Jaco was a very unique guy. I’ve never met anyone like him, before or since. He went to “eleven.” There are things I cherish most about my relationship with Jaco; like how generous he was to me with his time, the sharing of his knowledge, and how encouraging he was to me. He always talked me up around other musicians, and referred them to me for bass lessons. As intimidating as studying with the greatest bass player in the world could be at times, he always made me feel like I was in the ball game with him. This was immensely gratifying to a young, upcoming player. The “big ego” and the “eccentric behavior” aspects of his personality have gotten so much publicity, but the part about him that has stuck with me all these years later, is that dimension of his character. It was as if he knew he was tapping into an intense cosmic energy; that he had been blessed with greatness. He was really a generous guy about sharing that part of himself with people; and in bringing others up to his level. He didn’t hoard his genius to himself. I would have to say that what he taught me definitely pushed me to a higher level and enabled me to hang, musically, in some amazing company. He didn’t just teach me how to finger scales and play fast licks, he taught me how to think, musically. Jaco also used to make statements that were so off the cuff and informal, but he’d always hit the nail right on the head. He possessed an innate ability to look at any thing or situation and see it exactly for what it was. He also had quite a sense of fun and adventure, and a great sense of humor. It all blended together; there was no separation between life and music. Writing the Jaco book really made all of this hit home in a big way; how much I miss having him around, and how fortunate I was to have him as a teacher and friend.

Describe how creativity comes into play when you’re stylistically synthesizing, assimilating and blending the collective body of your musical influences into your own unique sound and style.

That’s all done subconsciously. I don’t think about it. The only conscious control is that if I find an idea to be a blatant ripoff of somebody else, I’ll probably toss it out (unless I think I can get away with it – insert emoticon here). To me, writing a tune or playing a solo boils down to four basic elements: melody, harmony, rhythm and form. My philosophy is that any of these elements can come from anywhere stylistically, as long as they all work together as a whole. I can look at a tune of mine, for example, Leapfrog, and see where I got inspiration from Miles Davis, Aaron Copland, Frank Zappa, and the Skatalites; surely a diverse group of influences. Yet it all fits together nicely, and that’s the trick. The conscious part comes into play more in the second phase, when I start cleaning things up, tightening up rhythmic phrasing, perfecting the voice leading, making definite decisions about form, and so on. But I love to let these seemingly disparate ideas find their home in one place. I tend to be drawn to other artists who have that eclectic sort of approach. I like the music to sound natural, and as a general guide, melody rules the world of pitch, and groove rules the world of rhythm. Everything else follows from that.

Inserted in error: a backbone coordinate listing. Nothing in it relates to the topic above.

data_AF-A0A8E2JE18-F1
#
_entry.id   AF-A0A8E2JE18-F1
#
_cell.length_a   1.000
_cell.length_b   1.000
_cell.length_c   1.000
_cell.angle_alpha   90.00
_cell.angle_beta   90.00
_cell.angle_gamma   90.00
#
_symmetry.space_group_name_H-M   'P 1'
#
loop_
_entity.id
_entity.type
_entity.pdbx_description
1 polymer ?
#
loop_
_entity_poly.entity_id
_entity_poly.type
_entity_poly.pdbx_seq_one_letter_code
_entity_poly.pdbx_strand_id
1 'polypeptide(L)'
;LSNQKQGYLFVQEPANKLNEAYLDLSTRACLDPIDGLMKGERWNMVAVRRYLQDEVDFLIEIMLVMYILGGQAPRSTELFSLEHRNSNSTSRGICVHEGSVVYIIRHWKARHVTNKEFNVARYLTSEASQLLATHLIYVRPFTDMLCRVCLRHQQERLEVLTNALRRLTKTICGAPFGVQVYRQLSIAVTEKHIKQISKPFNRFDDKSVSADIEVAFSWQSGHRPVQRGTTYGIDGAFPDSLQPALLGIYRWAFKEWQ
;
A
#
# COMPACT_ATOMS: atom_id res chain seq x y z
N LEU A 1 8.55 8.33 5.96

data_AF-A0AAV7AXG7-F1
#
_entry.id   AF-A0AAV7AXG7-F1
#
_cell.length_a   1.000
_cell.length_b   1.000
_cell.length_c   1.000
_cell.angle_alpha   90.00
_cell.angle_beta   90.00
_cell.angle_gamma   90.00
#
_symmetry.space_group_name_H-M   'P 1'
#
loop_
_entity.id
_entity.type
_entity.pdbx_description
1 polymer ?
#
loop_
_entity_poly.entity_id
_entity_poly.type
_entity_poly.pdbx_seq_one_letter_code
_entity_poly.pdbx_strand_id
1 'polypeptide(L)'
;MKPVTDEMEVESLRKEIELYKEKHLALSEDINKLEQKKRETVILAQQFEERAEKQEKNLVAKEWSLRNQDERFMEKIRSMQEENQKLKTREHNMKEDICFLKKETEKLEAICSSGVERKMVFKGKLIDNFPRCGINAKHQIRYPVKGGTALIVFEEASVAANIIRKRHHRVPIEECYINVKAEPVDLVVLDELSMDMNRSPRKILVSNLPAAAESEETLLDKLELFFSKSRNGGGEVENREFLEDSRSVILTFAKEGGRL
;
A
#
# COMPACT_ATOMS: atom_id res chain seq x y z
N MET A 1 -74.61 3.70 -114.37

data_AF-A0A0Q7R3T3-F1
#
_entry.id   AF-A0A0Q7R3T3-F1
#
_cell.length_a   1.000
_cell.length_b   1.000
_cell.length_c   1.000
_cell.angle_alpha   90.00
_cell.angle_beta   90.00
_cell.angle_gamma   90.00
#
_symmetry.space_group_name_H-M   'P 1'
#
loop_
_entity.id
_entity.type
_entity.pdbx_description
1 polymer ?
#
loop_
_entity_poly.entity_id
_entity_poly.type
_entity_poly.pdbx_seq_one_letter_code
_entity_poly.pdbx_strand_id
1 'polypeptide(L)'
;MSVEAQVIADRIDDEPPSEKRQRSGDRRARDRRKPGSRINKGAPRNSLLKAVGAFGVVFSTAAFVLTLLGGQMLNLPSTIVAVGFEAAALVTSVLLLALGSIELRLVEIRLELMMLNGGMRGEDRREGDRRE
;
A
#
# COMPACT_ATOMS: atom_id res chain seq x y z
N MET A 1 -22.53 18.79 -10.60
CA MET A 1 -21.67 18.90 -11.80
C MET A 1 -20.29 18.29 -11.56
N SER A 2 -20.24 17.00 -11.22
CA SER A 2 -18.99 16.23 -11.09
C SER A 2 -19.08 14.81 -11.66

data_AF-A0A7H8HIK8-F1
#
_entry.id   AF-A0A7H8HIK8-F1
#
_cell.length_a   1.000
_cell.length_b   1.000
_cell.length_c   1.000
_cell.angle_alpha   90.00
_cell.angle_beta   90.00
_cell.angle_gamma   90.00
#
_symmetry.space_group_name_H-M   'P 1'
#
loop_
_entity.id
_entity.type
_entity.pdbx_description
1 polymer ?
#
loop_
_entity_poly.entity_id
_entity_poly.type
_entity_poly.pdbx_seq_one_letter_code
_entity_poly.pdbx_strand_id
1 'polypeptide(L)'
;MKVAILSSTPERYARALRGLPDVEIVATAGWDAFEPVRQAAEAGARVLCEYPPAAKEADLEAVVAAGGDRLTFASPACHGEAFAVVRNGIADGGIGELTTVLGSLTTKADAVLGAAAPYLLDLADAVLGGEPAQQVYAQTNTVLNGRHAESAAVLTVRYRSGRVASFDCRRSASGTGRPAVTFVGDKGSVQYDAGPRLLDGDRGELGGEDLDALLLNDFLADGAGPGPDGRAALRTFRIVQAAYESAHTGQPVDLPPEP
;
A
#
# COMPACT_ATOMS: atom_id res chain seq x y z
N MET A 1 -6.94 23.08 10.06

Ray Peterson’s book / CD package, Jaco Pastorius Bass Method: Lessons, Tips, and Techniques from His Private Teaching Archive, ISBN: 978-0634020315 is available at: and .

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Join me as we hear about Ciara’s musical journey, the details of her album, how she gets her sound, and her plans for the future.

Visit online: 
IG @ moserciara
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Photo, Seyl Park

Visit Online:
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Here is Malcom-Jamal Warner!

Photos: Dwain Govan @dwain_go / Conrad Montgomery Mckethan @eyeconimages

Visit Online:
IG @malcolmjamalwar
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Facebook: Malcolm-Jamal Warner

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Pablo Batista on percussion
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As a bonus, we have the band’s producer Phillippe Dib in on this video chat as well.

Here is the Labex Funk Project!

Visit online:
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IG @ Labex Funk Project

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Photos: Mary K. Brand, Mitch Snyder, Haneefa Karrim, Hans Adamsen

Visit Online: